The Muslim Brotherhood is a monopolistic group, but, according to my observations, the group now ruling Egypt are vengeful and merciless, and are more dangerous to Egypt than Morsi.

Morsi put Egypt in trouble and tried to appease to the Israelis and the Americans, but those who are now ruling Egypt are pulling Egypt off the cliff.

The current leadership is based on revenge and spite, reaching the point of crime, and we can no longer distinguish between those who are malignant and those who are benign. This leadership only believes in force and security measures.

This is a characteristic of the Arab dictators who ended up leading the Arab nation to this bloodshed. How couldn't they when such a leadership insists on destroying the country and the people, as well as spreading hatred and incitement amongst the people and creating blood feuds that destroy national unity and patriotism.

I hear Egyptian leaders from every party talking about preserving the Egyptian state, but I see them insistently destroying it.

The actions of the current Egyptian leaders are not balanced. They reflect immaturity rather than wisdom. The actions of the leadership, as well as its supportive intellectuals, thinkers, and media, do not contribute to the consolidation of Egyptians' national unity, but rather, they are a prelude to the great dangers that may befall Egypt. They cite terrorism and bombings, and lead all Egyptians to a historically dark phase.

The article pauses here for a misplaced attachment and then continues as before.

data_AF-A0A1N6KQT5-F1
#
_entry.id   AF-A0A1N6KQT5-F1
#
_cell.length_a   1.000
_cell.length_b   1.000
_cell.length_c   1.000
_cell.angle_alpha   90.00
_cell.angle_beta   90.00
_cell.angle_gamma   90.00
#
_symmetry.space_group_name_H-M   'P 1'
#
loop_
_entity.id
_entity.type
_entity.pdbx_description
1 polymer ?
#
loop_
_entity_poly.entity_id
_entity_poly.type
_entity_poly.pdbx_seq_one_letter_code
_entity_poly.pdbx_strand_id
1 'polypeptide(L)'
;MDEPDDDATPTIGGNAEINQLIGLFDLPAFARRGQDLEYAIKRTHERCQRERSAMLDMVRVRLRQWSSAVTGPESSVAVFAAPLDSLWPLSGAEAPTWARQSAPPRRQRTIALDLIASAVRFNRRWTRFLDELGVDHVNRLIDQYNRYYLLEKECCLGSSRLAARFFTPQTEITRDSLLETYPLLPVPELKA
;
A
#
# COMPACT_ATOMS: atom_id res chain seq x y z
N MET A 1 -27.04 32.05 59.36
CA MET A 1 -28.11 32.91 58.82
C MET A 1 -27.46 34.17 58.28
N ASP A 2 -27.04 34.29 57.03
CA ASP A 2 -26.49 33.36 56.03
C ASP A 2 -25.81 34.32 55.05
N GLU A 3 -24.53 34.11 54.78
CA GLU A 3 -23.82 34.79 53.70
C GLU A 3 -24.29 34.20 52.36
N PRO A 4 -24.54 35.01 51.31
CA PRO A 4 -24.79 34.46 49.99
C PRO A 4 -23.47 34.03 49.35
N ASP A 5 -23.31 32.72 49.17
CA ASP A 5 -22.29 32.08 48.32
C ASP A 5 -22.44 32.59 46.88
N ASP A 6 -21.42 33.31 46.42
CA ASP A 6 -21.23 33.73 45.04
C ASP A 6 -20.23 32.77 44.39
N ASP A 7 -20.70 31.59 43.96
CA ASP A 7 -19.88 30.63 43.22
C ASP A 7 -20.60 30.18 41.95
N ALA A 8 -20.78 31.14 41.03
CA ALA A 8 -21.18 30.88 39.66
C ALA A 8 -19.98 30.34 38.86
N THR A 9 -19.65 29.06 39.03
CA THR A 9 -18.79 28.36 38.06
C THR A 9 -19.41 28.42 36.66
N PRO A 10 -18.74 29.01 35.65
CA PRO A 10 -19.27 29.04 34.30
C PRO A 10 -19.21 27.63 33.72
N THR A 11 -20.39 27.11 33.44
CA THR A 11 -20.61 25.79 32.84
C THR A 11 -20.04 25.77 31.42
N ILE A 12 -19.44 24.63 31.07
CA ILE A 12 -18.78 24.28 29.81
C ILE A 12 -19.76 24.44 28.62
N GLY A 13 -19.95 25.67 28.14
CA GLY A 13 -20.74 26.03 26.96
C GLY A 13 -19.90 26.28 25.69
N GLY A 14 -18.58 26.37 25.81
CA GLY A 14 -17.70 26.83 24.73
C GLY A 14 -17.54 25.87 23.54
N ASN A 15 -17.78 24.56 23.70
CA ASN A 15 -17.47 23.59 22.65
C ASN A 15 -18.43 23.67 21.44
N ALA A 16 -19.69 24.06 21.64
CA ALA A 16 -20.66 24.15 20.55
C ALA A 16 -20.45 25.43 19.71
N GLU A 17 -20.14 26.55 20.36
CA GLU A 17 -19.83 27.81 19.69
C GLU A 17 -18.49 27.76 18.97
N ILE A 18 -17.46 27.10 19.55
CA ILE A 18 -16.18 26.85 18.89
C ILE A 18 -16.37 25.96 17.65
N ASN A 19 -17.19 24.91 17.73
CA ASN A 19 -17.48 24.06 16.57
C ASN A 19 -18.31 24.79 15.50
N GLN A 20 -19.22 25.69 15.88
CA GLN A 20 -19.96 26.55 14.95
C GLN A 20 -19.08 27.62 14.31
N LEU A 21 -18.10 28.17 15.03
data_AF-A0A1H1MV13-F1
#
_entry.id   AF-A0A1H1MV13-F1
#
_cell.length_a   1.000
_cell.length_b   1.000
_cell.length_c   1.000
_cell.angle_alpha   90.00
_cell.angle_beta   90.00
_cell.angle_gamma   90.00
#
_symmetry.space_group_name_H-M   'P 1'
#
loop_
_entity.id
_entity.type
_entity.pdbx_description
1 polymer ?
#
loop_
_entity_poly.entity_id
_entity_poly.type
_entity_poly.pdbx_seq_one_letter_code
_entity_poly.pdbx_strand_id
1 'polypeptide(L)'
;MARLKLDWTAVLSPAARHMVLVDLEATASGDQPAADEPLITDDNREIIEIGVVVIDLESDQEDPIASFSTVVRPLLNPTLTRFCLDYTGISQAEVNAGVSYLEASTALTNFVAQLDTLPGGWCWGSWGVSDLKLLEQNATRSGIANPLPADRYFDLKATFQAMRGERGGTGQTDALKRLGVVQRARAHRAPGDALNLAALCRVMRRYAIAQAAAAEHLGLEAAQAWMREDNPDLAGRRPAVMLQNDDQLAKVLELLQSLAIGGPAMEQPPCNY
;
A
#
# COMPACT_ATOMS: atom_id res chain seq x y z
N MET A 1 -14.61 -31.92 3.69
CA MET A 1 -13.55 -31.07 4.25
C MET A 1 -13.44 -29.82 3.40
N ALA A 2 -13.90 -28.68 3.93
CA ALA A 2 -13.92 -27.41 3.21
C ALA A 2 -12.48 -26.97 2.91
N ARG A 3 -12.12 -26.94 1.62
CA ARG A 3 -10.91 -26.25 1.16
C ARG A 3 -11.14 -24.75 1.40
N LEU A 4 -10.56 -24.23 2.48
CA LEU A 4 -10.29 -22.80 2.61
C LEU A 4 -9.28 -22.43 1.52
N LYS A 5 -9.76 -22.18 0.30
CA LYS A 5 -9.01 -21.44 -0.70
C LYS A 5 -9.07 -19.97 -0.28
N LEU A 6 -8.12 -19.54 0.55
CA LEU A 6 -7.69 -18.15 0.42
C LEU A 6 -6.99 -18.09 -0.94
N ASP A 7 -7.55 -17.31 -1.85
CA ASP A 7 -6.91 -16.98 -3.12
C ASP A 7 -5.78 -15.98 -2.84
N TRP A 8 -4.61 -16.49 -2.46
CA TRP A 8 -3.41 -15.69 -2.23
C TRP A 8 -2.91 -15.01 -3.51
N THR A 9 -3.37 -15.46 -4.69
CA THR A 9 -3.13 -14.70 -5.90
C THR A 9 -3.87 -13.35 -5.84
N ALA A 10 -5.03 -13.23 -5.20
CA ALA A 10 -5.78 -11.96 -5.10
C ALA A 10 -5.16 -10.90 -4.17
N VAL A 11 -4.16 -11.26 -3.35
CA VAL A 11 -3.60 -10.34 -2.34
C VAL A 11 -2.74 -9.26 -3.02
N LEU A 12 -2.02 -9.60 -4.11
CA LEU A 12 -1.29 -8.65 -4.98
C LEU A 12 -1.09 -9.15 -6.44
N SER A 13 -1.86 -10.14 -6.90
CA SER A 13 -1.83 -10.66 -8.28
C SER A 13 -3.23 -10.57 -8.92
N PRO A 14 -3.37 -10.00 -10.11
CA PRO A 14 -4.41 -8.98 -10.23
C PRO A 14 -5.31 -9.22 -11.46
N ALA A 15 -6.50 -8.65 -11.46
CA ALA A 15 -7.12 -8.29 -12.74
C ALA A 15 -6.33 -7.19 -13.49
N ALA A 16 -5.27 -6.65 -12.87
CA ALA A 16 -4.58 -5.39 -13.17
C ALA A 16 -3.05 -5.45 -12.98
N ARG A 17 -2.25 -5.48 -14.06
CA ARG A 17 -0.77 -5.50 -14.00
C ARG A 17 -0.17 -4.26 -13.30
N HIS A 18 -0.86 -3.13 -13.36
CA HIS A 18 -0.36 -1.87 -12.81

Nationalism and the Nasserite spirit

It is not enough to talk about the birth of a new Abdel Nasser in Al-Sisi's clothes, because facts indicate the opposition of what we hear. The new Egyptian leadership did not utter a single word against the Camp David agreement yet, nor has it said anything about the Egypt's incomplete sovereignty over the Sinai.

Morsi supplied Israel with gas, and Al-Sisi is doing it now. Morsi only blockaded the Palestinian resistance in Gaza a little, while the current leadership of Egypt is acting as the largest supporter of Israel against the Palestinian resistance.

The current Egyptian leadership is as far as possible from Abdel Nasser's policies, as they are destroying the tunnels in Gaza, closing the Rafah crossing, and are working hard to prevent the smuggling of money and weapons into Gaza.